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Armageddon or Calvary: The Conscientious Objectors of New Zealand and "The Process of Their Conversion"

Appendix IV

Appendix IV.

"Hansard" of September 5 contains a report of my speech on the Address-in-Reply, in the course of which I made reference to the Crampton case in the following terms:—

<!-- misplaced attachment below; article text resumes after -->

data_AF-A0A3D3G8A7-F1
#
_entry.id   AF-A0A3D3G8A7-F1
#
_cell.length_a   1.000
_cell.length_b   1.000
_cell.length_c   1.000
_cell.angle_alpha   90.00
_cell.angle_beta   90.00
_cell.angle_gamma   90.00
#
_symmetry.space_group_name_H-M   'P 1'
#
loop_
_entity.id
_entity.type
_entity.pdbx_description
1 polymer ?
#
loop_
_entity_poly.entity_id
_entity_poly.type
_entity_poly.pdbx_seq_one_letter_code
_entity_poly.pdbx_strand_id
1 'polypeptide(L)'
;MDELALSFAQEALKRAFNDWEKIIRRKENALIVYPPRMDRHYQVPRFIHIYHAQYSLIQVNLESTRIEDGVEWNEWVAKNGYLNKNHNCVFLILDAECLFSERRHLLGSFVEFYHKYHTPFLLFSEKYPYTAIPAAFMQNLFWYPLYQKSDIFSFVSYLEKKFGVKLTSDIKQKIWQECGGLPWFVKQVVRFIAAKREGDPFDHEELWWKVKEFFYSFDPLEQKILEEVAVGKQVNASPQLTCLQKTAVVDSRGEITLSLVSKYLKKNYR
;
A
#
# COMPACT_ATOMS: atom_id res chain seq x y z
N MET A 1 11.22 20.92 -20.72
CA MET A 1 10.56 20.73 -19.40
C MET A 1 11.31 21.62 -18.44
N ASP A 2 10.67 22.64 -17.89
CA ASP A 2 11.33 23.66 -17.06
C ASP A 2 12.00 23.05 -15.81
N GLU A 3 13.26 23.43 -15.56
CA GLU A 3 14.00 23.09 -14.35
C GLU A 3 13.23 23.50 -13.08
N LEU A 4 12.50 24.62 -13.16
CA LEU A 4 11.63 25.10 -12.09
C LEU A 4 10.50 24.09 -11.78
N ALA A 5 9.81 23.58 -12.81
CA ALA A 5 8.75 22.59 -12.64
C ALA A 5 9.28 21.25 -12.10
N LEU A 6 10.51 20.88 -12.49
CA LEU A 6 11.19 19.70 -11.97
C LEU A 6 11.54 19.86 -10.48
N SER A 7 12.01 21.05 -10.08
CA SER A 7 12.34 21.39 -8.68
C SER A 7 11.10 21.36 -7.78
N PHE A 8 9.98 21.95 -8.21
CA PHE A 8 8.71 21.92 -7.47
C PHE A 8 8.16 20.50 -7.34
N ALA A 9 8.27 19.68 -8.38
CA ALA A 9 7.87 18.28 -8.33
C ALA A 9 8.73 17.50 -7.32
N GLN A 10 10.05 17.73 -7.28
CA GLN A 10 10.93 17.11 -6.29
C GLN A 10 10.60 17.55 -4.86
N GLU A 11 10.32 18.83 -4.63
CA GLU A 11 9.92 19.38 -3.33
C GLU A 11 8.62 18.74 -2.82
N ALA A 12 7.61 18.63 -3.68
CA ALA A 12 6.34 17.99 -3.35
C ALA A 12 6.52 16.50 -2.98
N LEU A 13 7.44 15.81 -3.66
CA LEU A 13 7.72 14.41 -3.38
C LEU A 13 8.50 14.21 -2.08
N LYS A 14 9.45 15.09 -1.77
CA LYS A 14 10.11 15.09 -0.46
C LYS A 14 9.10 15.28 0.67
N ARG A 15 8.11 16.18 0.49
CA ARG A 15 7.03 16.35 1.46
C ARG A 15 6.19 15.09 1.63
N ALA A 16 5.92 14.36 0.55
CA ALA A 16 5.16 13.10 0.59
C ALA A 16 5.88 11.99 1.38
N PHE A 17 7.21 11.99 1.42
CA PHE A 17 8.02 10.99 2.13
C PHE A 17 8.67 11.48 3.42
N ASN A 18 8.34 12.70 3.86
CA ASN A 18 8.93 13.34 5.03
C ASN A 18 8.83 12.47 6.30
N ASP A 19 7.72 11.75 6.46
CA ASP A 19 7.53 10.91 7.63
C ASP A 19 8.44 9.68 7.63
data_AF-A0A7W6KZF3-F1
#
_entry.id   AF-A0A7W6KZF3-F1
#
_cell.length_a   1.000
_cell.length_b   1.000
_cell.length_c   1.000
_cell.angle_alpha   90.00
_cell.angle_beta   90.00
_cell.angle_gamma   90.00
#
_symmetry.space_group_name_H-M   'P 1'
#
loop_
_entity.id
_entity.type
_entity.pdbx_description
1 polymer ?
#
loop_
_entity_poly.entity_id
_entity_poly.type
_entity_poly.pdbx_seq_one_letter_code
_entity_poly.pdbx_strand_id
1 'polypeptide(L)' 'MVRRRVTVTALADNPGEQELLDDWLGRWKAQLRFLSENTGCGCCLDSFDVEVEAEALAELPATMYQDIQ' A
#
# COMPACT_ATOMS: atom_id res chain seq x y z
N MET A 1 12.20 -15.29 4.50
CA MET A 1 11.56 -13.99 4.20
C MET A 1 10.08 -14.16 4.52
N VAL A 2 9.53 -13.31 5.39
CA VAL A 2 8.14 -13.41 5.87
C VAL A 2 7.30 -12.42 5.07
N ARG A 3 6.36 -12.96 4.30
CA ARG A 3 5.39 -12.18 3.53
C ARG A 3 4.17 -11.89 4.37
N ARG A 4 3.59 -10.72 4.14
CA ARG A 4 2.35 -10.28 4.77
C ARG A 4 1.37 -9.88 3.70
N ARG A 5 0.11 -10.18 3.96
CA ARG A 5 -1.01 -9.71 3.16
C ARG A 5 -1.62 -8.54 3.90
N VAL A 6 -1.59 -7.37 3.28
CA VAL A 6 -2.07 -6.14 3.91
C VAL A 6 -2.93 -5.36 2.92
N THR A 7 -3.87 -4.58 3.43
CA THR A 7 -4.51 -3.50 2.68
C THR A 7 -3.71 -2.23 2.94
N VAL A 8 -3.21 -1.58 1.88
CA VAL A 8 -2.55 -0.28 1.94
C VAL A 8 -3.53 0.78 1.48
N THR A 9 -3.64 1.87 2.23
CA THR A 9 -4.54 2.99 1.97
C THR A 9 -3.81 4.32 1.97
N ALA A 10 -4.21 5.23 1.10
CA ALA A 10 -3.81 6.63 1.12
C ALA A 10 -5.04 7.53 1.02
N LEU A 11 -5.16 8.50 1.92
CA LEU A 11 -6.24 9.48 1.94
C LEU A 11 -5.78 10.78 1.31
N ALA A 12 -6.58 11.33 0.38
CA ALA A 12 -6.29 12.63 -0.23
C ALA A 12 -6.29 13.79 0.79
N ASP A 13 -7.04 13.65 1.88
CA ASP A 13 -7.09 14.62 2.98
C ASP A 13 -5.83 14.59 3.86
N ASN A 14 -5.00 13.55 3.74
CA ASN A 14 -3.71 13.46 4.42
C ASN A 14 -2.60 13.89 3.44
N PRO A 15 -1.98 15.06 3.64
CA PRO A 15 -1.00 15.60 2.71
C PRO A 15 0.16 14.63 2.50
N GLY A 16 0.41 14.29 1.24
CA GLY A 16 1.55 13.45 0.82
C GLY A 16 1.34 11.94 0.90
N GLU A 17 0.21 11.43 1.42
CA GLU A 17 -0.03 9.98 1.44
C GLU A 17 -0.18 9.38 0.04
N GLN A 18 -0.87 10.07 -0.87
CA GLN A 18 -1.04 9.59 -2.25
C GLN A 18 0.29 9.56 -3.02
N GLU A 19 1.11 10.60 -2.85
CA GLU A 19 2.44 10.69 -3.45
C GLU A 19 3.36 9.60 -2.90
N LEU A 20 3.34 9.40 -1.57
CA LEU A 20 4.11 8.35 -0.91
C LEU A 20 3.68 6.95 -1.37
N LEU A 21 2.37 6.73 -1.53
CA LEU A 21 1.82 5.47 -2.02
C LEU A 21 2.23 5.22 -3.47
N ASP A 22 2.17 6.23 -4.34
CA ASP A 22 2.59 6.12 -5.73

"Honourable members will remember the efforts I made last session to have Lieut. Crampton's case dealt with. When Mr. Hewitt, S.M., was appointed to inquire into the Crampton case, I asked that the men who had been assaulted should have the right of representation by counsel at that inquiry; Mr. McCombs made a similar request, but it was refused. The Magistrate went into the matter very fully. The men concerned had been scattered from prison to prison, and the guards had also been scattered. The Magistrate visited prison after prison. He acted as fairly as a man could act under the circumstances. He brought in a report which substantiated the charges of cruelty, and which vindicated my action and the action of the men who made the charges in the first case. Mr. Hewitt found that the charges against Crampton were proved; but it took a long time to get the report laid on the table of the House. After it was placed before the House we endeavoured to get the Government to take action on it, but no action was taken; and then, instead of the page 177Government giving effect to the recommendations of Mr. Hewitt, instead of doing what they ought to have done—the only thing they could have done in decency at that stage, namely, get rid of Lieut. Crampton as military officer—they set up a courtmartial to try Crampton, a courtmartial that was nothing more or less than a piece of whitewashing machinery to save Lieut. Crampton's position. No member of that Court betrayed any knowledge of the military law. The Judge-Advocate was better counsel for Crampton than the lawyer who was employed to defend him. The men who were the victims of the atrocities were not allowed representation by counsel, and at least one important witness was not presented. …; The prosecutor was the one man who seemed to me to come out of the business with credit to himself. After the courtmartial, and without any explanation either in this House or to the people of this country as to why they did it, the Government, altogether ignoring the scathing report of the Magistrate, Mr. Hewitt, proceeded to appoint Lieut. Crampton Area Officer at Wanganui, where, notwithstanding that unsavoury record of his which comes from Samoa, he will have charge of very many boys in the period of adolescence. Previously I made demands in this House for the production of the papers in connection with Lieut. Crampton's trial at Samoa. The Minister replied to me that he would place on the table of the House such of those papers as were not confidential. The papers have not yet been laid on the table, and I want to know what portion of the papers will be regarded as confidential. Will that portion be so regarded which had to do with Lieut. Crampton's own admissions at his trial by courtmartial at Samoa? This matter of the Defence Department's action in connection with Lieut. Crampton is something which the House cannot afford to pass over very lightly; sooner or later explanations will have to be made, and sooner or later something will have to be done to determine Lieut. Crampton's connection with the Defence Forces."